Over the past 20 years I have dealt with the financial markets. I have obviously met all kinds of people -- brokers, bankers, owners of brokerage houses, life insurance salesmen, relationship managers, and of course the guy who pays all the bills -- the 'investor'. Here is a summary of mistakes I have seen investors make. Of course it is not exhaustive, and investors find newer ways to lose money, but here it is anyway...
1. Trading and thinking this is investing
People buy and sell shares, mutual funds, etc. at a frenzied pace -- it is a fantastic way to make money for your broker, not for yourself.
2. Being too conservative with their money
Thinking that putting money in RBI bonds, PPF, own PF, bank fixed deposits is the best thing to do? Such people do not understand inflation risk, pre-payment risk, call risk, etc.
3. Being too aggressive with their money
Contrary to (2) category is another category which has read somewhere 'over long term equities give the best return' -- so they keep pumping money into direct equity without understanding portfolio construction, regression to the mean, etc. Such people do not understand that to finish first, you have to first finish! (I hope you like this quote, it was made by Warren Buffet, not yours truly).
4. Bull headed
I know a friend who pounds the treadmill. At least 10 trainers have told him to run softly, but he does not listen. I really pity his wife and colleagues -- this guy is completely bull headed. There are some people who will not make mid-way correction. As an example I know this guy who had bought some shares of Patheja Forging, Shaan Interval and Silverline. He refused to sell -- because he had read that 'equities are for the long run' -- all the promoters of these companies are absconding! Please remember to make money in equities you need to invest in a good portfolio (like HDFC Top 200), choose a good fund manager (like HDFC Mutual Fund, DSP Merrill Lynch), invest regular amounts (SIP) and hold for a long term (I like 10 years, if not more). That will make money for you.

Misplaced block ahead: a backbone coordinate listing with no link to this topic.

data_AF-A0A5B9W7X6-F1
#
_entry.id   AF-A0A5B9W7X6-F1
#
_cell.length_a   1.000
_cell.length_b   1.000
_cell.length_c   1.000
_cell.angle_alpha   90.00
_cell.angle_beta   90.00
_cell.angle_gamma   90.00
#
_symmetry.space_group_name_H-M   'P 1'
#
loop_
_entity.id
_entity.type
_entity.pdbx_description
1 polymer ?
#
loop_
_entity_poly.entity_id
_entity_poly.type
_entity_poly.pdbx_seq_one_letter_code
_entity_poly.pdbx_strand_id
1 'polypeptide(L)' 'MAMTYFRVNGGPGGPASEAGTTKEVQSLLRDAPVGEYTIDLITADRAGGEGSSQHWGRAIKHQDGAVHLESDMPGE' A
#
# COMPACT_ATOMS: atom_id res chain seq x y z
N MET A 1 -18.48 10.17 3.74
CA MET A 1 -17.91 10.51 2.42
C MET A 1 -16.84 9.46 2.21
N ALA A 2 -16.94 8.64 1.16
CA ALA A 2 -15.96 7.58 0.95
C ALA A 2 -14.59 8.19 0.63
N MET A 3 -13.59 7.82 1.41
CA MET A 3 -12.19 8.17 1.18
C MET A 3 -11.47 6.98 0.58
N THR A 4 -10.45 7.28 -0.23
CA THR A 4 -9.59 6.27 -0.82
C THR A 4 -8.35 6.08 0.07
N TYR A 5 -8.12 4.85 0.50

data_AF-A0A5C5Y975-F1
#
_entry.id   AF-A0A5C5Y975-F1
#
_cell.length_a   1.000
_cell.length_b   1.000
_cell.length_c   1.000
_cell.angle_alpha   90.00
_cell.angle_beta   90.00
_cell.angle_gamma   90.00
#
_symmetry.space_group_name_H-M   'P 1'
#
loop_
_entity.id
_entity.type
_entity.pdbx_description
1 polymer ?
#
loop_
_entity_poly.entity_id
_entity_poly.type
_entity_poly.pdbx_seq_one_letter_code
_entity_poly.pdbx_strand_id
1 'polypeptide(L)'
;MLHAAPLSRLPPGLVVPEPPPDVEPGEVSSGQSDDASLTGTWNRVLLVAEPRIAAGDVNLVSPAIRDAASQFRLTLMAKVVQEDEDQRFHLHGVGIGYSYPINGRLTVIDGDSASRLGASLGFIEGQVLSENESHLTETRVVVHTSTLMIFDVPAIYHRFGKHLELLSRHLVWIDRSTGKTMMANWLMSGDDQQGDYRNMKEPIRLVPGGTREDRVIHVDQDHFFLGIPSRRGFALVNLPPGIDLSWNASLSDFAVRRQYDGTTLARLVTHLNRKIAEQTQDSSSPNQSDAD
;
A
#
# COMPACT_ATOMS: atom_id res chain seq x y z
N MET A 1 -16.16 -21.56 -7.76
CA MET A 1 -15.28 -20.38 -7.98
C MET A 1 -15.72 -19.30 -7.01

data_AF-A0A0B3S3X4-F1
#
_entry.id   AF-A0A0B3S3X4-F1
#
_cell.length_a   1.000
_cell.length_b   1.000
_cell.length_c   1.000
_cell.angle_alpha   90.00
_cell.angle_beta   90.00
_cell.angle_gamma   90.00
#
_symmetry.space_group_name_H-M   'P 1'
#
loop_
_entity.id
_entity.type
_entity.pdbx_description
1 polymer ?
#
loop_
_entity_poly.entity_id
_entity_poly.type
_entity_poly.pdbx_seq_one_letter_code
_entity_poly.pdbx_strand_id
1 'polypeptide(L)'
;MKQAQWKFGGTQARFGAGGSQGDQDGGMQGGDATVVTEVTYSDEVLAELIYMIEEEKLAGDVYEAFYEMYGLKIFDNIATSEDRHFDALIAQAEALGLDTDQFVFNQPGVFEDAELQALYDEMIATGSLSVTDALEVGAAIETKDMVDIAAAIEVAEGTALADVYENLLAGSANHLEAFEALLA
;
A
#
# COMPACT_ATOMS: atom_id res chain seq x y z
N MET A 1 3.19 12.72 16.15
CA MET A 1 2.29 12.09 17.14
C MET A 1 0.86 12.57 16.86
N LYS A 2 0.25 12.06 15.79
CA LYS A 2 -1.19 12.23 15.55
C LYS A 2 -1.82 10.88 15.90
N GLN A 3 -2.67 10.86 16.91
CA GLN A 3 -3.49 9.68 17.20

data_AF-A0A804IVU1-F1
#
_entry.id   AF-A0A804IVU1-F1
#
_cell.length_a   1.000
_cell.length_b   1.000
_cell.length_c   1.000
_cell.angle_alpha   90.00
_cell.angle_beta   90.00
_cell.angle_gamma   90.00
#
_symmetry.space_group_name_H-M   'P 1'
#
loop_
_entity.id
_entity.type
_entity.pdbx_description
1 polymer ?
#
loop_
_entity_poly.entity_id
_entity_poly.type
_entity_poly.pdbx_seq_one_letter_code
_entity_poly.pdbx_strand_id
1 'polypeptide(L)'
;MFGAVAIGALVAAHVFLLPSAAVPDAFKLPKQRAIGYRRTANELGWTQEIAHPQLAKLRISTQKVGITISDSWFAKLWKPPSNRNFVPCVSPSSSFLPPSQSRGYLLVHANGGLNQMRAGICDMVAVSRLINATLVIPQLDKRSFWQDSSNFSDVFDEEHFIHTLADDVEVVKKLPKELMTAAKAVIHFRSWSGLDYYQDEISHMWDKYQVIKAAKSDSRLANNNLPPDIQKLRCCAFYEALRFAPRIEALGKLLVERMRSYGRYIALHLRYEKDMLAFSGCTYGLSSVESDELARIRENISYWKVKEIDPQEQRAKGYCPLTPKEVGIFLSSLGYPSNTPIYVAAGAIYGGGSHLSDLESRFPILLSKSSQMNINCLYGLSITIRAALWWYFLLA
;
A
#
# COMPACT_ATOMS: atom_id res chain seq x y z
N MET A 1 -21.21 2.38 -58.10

5. Completely wrong asset allocation
Too much of debt for the long term or too much of equity for the next quarter! Investing in equity funds so that money can be withdrawn to pay the next EMI! Both are BS!
6. Trying to time the market
I have no clue why smart, intelligent people believe they can time the market. The reasons that I can think of is the pay off is so high, that people forget the extremely low probability of getting it right. Will do a detailed article on this alone. Promise.
7. Portfolio construction nightmare
People pick some stock somewhere because some aunt or uncle told them. Then they start believing it is a portfolio. I also have a tough time convincing my very smart editor why a portfolio is just a dhobi list, and not a portfolio. Most times she agrees with me, though reluctantly.
8. Handing over to a lousy fund manager
Banks, mutual funds, self help sites, life insurance companies, portfolio management services -- call them by any name they are just a mafia out there to make money. Most retail investors should be happy with an index ETF, a savings bank account and term life insurance. However we (yours truly included) spend hours, days, years on analysing past data to see how the market will work tomorrow. Sometimes when we get it right by luck, we pat ourselves by calling it skill. Vow! the world loves a winner.
When you hit a couple of home runs (as the Americans say) you tend to believe that you will contiune to hit home runs regularly. This is true for most of us -- we attribute our recent success as our creation and therefore we think we can repeat it -- this is caused by a big portfolio destroyer -- overconfidence.
10. Excessive activity
Mistaking activity for 'sensible' activity isa common phenomenon. The only beneficiary of this is the broker. To encourage this, brokers use TV channels, technical analysts, etc. If there is some software which tracks the brokerage paid to your broker/ advisor for dealing in shares you might be surprised at the amount you have paid.
Illustration: Dominic Xavier/Rediff.com